Pulp Culture Offers “Better-for-You” Booze With Their Hard-Pressed Juice
What if booze could actually be good for you? That’s the idea that co-founders Brendan Brazier and Mark McTavish are standing by with their recently launched venture Pulp Culture, a beverage brand providing wild fermented juice meant to boost your immune system while giving you a unique buzz.
We start the story with Brazier, a devout vegan, former endurance athlete, author of the Thrive book series, and co-founder of the Vega line of plant-based nutrition. He was never a big drinker, but he decided to cut alcohol out completely for 14 years because it was hindering his recovery during training—and leaving him feeling less sharp than he would’ve liked. Then, everything changed when he chanced upon a can of 101 Cider House at Whole Foods and saw that it was made from 100% apple juice.
Curious about how the drink didn’t have any sugar but still had probiotics, Brazier emailed the company and received a response from Mark McTavish, the creator of 101 Cider House (and now a vegan himself in part due to Brazier), about the fermentation process. Brazier ended up giving the sour cider a try and loved how he didn’t experience the expected side effects of dehydration or hangover. Eventually, Brazier and McTavish became friends and then business partners when they developed the idea for Pulp Culture.
Like with 101 Cider House, the heart of the Pulp Culture beverage is the fermentation. The process begins by wild fermenting cold-pressed juice so that the naturally occurring yeast consumes the sugar and produces alcohol (no lab-created monocultures of yeast involved). Then, there’s a secondary wild fermentation where the lactic acid bacteria consumes the malic acid and any remaining carbohydrates, resulting in the production of probiotic cultures. After fermenting, the alcoholic juice is blended with adaptogenic teas, herbal infusions, and super mushrooms. The last step is carbonation to give the blended juice a fun fizz.
“We believe in a hands-off approach, wherein our cold-pressed juice is left to ferment and evolve spontaneously,” explains McTavish. “No added yeast, sugar, chemicals, preservatives, flavors, etc. The end result is a living beverage that contains a wide array of live cultures, nutrients, vitamins, and phytochemicals.”
Talking specifics, that end result has zero sugar, zero carbs, just 99 calories, and over 6 billion CFUs of probiotics per can (McTavish calls it a “gift to your gut”)—plus the drink is 4.9% ABV.
There’s really nothing to hide when it comes to what’s in Pulp Culture’s formulas. In fact, the ingredients are the stars of the whole thing as evidenced by the company’s bold, clean labeling. For example, their Think blend, which is meant to boost brain power and energy, has guava, peach, ginseng, matcha, and lion’s mane—all five of which you’ll see displayed in big letters on the can.
“The foundation of our value proposition lies within the ingredients themselves, which I find to be self-explanatory. We don’t make any claims about the functional benefits of our products. We rely on commonly known functional ingredients, no different than one would find being used at their local juice bar,” McTavish says. “What you see is what you get, just as nature intended.”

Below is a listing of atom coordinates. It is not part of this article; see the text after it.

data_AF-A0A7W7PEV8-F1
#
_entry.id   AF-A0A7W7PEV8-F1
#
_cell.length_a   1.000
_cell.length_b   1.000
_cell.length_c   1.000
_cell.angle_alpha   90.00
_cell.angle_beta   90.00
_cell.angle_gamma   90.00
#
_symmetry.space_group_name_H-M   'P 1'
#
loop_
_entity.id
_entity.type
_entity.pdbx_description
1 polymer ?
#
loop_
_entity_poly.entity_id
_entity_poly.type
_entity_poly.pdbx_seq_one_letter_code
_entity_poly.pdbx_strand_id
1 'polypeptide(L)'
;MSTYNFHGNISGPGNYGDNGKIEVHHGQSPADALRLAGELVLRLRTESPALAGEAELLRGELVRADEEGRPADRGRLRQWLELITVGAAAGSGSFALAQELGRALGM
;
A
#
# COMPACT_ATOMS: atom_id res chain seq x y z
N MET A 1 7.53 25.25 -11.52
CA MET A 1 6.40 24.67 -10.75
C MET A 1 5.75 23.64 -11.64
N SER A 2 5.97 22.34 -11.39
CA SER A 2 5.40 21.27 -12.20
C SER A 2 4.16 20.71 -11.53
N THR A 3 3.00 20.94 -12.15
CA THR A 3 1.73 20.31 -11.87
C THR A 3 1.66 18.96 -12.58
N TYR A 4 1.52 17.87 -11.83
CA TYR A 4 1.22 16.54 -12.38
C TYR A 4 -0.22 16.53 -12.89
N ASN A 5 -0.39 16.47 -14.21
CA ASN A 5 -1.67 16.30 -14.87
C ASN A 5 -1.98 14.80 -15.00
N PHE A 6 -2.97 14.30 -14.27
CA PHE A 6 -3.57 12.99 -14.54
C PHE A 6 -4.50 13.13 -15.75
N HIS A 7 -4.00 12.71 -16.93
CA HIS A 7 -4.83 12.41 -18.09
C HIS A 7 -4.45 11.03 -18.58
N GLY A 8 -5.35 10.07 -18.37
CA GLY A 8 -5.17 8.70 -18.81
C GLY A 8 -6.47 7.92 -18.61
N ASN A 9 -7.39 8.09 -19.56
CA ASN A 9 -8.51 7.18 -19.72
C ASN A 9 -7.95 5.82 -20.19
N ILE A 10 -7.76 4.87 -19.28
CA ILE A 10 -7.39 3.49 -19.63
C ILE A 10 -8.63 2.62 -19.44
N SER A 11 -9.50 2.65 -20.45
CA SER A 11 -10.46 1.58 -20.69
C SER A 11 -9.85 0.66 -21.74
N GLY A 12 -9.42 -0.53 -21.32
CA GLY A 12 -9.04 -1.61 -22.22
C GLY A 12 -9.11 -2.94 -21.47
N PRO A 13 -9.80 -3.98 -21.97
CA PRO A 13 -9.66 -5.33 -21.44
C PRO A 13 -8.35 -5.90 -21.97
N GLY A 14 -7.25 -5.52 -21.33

Pulp Culture currently has three other function-first blends: Hustle to provide an uplifting buzz, Restore to cleanse, and Relax to provide a chill buzz.
McTavish says that the buzz their products deliver is “unmatched,” and they refer to it as the “entourage effect,” meaning the beverage’s various components work together to enhance the drinking experience.
When it comes to who exactly Pulp Culture is geared towards, the target is wide. “I think it will appeal to anyone who is looking for a better drink,” Brazier says. “Those who hold the food they eat to a very high standard and read ingredient lists, yet make acceptions for the alcohol they drink—that compromise doesn't have to happen anymore with Pulp Culture.”
McTavish expands on this idea when he says, “In the pursuit of health and happiness, consumers must incorporate ‘better for you’ decisions in all areas of their lives. I have always found it odd that many consumers are knowledgeable about the foods they consume, but they lack any real knowledge or understanding of the beverages they enjoy.”
Sure, there are bound to be people who find it hard to believe that an alcoholic beverage could really be healthy. Brazier understands since he used to be one of those people too. Now entrenched in the world of “full-spectrum” alcohol where naturally alcoholic beverages contain a complete range of outcomes from wild fermentation, he wants people to understand that alcohol is just one of the byproducts of fermentation along with organic acids, B vitamins, and probiotics.
No Hangover Here
Referring to those curious about Pulp Culture, Brazier says, “It’s not only not bad for them, but it’s also actually good for them—no hangover, no dehydration, it enhances digestion and therefore nutrient absorption.”
Due to COVID-19, Pulp Culture pivoted their April launch plan to be direct-to-consumer through their website. They’re currently offering free shipping to 37 states with the promo code “STAYSAFE”.
“People are drinking more than ever in this new at-home reality,” says Brazier. “Might as well make it the best option on the planet.”